That summer we took a holiday in Donegal Town. It was 50 miles from where we set out to our destination, but it seemed to take us all day to get there along the endlessly winding roads.
I was a child and it was the 1970s, so the roads were windier, as was the pace of life. In my memory now I recall that trip as a week of blue skies and shimmering haze. I especially remember the drive though the mountain landscape that rose up after Ballybofey, dividing my northern Donegal peninsula from the south east of the county.
Before we had set out in our old jalopy my grandmother had thrown holy water over us and the car. It was only a short drive from point to point, but she had acted like we would be climbing the Matterhorn.
It was such an Irish thing, her total mistrust of fate. You had to guard against disaster with prayers and holy offerings, her actions told us. Because nothing stood between you and ruination, certainly no good awaited you outside your own gates.
I suppose it was because my grandmother was a Civil War bride. Her husband, my grandfather, had been involved. She had seen the British soldiers line him up against a wall and threaten to shoot him.
Her grandparents had lived through the Great Hunger years. Anxiety was her lifeblood.
But I think I recall this particular trip because my father was in a sweet temper, which was rare for him. I remember that at one point he even hummed a little tune, which was miraculous. Something was pulling him toward this holiday and toward life again. I was curious to discover what it was.
When we arrived in Donegal Town we parked in front of the biggest hotel on the town square. There may have only been one hotel, I don’t recall. They gave us rooms with a view overlooking the bay. The tide was out. There was a seaside aroma of salt and seaweed wafting up from the shore.
At the time my older brother wasn’t a fan of unusual things. Unusual food, unusual settings, unusual me. To combat my cooties he had insisted on his own room, and being the eldest he was indulged. But then he had become unexpectedly queasy from the sea air and had decided to stay in bed that afternoon. After a brief discussion that left my father and I to explore the town on our own.
We stepped out of the dark foyer into the afternoon sunlight. I took my bearing and looked around.
As a boy I was rail thin and otherworldly, only lightly tethered to the earth. But I had a spirit of adventure that made me curiously fearless, a contradiction that my father had noticed before anyone else.
In particular I liked to look at things and people until they revealed themselves. It got me into trouble with children and adults.
Today, though, I was in a new place and on my best behavior. There would be no epic staring contests. Instead of looking at others I’d be looked at myself.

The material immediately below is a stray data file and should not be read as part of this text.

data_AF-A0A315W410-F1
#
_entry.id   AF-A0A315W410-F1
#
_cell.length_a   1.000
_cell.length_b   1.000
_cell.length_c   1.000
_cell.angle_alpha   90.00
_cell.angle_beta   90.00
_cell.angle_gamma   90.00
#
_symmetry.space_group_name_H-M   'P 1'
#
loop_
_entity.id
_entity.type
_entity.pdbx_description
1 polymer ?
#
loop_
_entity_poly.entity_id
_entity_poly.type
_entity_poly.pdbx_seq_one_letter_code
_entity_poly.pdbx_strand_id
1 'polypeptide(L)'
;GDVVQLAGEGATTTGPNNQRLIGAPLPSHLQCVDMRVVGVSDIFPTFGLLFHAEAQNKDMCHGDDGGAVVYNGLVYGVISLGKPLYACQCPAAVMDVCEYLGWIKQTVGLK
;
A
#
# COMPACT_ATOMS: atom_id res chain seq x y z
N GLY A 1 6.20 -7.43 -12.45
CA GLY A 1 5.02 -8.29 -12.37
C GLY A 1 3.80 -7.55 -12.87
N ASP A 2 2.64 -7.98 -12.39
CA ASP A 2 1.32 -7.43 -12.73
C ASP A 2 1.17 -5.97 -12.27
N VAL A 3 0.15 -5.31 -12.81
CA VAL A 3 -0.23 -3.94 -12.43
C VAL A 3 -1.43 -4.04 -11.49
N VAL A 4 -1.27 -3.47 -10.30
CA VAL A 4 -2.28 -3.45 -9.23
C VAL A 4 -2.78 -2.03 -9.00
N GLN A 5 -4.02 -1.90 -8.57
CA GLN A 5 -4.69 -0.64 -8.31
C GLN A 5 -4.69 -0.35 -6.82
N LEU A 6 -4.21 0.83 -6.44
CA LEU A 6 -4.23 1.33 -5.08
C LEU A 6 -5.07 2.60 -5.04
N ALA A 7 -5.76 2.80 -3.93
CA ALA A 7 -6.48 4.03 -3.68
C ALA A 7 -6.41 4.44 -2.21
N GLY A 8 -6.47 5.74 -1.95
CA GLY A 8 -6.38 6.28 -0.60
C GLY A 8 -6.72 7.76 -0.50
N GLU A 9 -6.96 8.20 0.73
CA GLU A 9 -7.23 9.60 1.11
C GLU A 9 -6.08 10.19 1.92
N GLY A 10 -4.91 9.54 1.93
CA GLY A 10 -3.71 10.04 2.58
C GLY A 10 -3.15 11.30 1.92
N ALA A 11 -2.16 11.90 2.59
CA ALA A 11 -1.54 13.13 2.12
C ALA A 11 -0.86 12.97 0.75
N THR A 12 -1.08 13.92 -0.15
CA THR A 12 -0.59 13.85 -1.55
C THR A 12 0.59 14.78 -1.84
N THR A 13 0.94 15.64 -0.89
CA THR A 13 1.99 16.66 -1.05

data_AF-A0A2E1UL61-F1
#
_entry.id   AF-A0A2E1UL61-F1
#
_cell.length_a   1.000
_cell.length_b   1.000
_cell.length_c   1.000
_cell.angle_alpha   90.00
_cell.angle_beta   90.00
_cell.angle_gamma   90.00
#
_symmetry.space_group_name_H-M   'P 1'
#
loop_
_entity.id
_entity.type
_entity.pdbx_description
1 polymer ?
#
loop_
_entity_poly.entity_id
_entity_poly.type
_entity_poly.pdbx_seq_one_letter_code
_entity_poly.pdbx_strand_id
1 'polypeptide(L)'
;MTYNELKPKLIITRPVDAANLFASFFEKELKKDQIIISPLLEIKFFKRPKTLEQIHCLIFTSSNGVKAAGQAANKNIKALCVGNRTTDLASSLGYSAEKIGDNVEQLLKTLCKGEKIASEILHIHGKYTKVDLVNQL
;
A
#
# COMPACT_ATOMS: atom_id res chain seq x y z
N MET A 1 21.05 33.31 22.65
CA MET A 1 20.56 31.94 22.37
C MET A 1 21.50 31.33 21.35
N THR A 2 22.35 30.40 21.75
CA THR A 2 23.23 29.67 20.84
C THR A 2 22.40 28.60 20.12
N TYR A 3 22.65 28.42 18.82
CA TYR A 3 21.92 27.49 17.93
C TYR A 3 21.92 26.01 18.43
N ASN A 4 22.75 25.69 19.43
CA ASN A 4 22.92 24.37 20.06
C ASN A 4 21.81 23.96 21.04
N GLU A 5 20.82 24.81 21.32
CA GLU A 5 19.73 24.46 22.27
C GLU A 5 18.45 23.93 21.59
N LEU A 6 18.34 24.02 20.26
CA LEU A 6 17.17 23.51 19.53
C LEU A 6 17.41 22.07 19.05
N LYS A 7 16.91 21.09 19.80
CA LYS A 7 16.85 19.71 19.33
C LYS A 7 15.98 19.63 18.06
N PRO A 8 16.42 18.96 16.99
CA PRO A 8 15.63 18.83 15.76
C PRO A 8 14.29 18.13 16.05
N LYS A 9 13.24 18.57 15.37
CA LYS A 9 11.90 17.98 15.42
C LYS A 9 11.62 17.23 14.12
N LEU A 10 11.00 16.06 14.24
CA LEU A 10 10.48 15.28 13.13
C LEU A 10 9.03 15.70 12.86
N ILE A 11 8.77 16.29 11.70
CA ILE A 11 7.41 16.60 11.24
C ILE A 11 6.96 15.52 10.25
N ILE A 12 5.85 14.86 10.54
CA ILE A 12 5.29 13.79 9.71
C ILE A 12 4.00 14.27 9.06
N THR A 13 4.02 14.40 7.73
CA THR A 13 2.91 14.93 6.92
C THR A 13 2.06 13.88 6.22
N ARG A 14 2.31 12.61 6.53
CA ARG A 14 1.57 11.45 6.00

In Donegal there is a long tradition of tweed-making. It is world famous for its quality and strength. My father had planned to have a suit measured in a local shop that afternoon so I milled about as the tailors took out their tapes and pins. There were blazers and ties and hats and scarves and gloves and shorts and waistcoats wherever I turned. But a glass case filled with colored socks really caught my eye.
My mother had died young, I had no sisters, so it had never occurred to me that socks could come in purple. My hand reached out.
As I did I heard an intake of breath that made me turn around. Glaring at me was an old shop woman in her sixties. She wore wire rimmed glasses and an expression of total contempt.
I looked at her looking at my seven year old self, then I looked back at the purple socks in my hands.
“I want these, Daddy,” I said to my father. He had already noticed my propensity for the strange.
“Where did you get them?” he asked me and I pointed.
“Over there by the lady,” I said.
He looked over at her, she blinked back at him. After he paid for his suit he turned to her. “How much for these?” he said simply.
The avalanche fell. “Those are for girls!” she scoffed. “They’re girls colors. They’re not boy’s colors. Boys don’t wear them. They’re not for boys. They don’t fit.”
My father looked at me. He could see I was resolute.
“How much are they?” he asked again, a little more pointedly. Stunned into silence she wrapped them up.
Shame has many uses. In Ireland in the 20th century it was used to manipulate and control, it was used to wound and maim, it was used to isolate and silence.
But it only worked if you actually felt ashamed. The whole system crashed if you shrugged it off.
She had never met a double act like us. We were grinning at her like school boys. I still fondly remember her angry speechless face.
In memory of her disgust I still like to wear purple socks sometimes. But I do it in memory of my father too, to remember a great happiness that passed between us once. Long ago in the 1970s, when he showed what it meant to be a man.
Raise a glass to Robert Emmet, the Irish rebel leader executed on this day in 1803